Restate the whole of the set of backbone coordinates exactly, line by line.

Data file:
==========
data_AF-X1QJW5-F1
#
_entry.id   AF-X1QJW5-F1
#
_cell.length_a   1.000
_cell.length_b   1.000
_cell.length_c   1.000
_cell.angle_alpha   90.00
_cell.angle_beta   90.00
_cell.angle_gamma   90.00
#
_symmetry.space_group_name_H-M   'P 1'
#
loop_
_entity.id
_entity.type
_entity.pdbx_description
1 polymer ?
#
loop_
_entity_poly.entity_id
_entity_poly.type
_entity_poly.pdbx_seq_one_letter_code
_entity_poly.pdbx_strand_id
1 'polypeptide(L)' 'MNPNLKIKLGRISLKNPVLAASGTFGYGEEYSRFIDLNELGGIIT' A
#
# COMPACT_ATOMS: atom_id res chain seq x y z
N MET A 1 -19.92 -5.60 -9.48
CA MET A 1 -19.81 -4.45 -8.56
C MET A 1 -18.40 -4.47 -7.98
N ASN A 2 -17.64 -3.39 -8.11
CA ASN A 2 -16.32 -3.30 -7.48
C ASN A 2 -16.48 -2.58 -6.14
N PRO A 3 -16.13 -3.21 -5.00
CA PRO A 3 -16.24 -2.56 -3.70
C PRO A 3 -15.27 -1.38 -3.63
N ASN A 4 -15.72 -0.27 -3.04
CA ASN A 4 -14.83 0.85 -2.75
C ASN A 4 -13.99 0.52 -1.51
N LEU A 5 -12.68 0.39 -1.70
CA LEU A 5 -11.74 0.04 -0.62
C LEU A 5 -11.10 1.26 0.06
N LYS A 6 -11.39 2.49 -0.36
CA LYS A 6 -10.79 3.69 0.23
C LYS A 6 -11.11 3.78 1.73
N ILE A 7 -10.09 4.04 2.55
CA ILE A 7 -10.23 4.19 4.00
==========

data_AF-X1QJW5-F1
#
_entry.id   AF-X1QJW5-F1
#
_cell.length_a   1.000
_cell.length_b   1.000
_cell.length_c   1.000
_cell.angle_alpha   90.00
_cell.angle_beta   90.00
_cell.angle_gamma   90.00
#
_symmetry.space_group_name_H-M   'P 1'
#
loop_
_entity.id
_entity.type
_entity.pdbx_description
1 polymer ?
#
loop_
_entity_poly.entity_id
_entity_poly.type
_entity_poly.pdbx_seq_one_letter_code
_entity_poly.pdbx_strand_id
1 'polypeptide(L)' 'MNPNLKIKLGRISLKNPVLAASGTFGYGEEYSRFIDLNELGGIIT' A
#
# COMPACT_ATOMS: atom_id res chain seq x y z
N MET A 1 -19.92 -5.60 -9.48
CA MET A 1 -19.81 -4.45 -8.56
C MET A 1 -18.40 -4.47 -7.98
N ASN A 2 -17.64 -3.39 -8.11
CA ASN A 2 -16.32 -3.30 -7.48
C ASN A 2 -16.48 -2.58 -6.14
N PRO A 3 -16.13 -3.21 -5.00
CA PRO A 3 -16.24 -2.56 -3.70
C PRO A 3 -15.27 -1.38 -3.63
N ASN A 4 -15.72 -0.27 -3.04
CA ASN A 4 -14.83 0.85 -2.75
C ASN A 4 -13.99 0.52 -1.51
N LEU A 5 -12.68 0.39 -1.70
CA LEU A 5 -11.74 0.04 -0.62
C LEU A 5 -11.10 1.26 0.06
N LYS A 6 -11.39 2.49 -0.36
CA LYS A 6 -10.79 3.69 0.23
C LYS A 6 -11.11 3.78 1.73
N ILE A 7 -10.09 4.04 2.55
CA ILE A 7 -10.23 4.19 4.00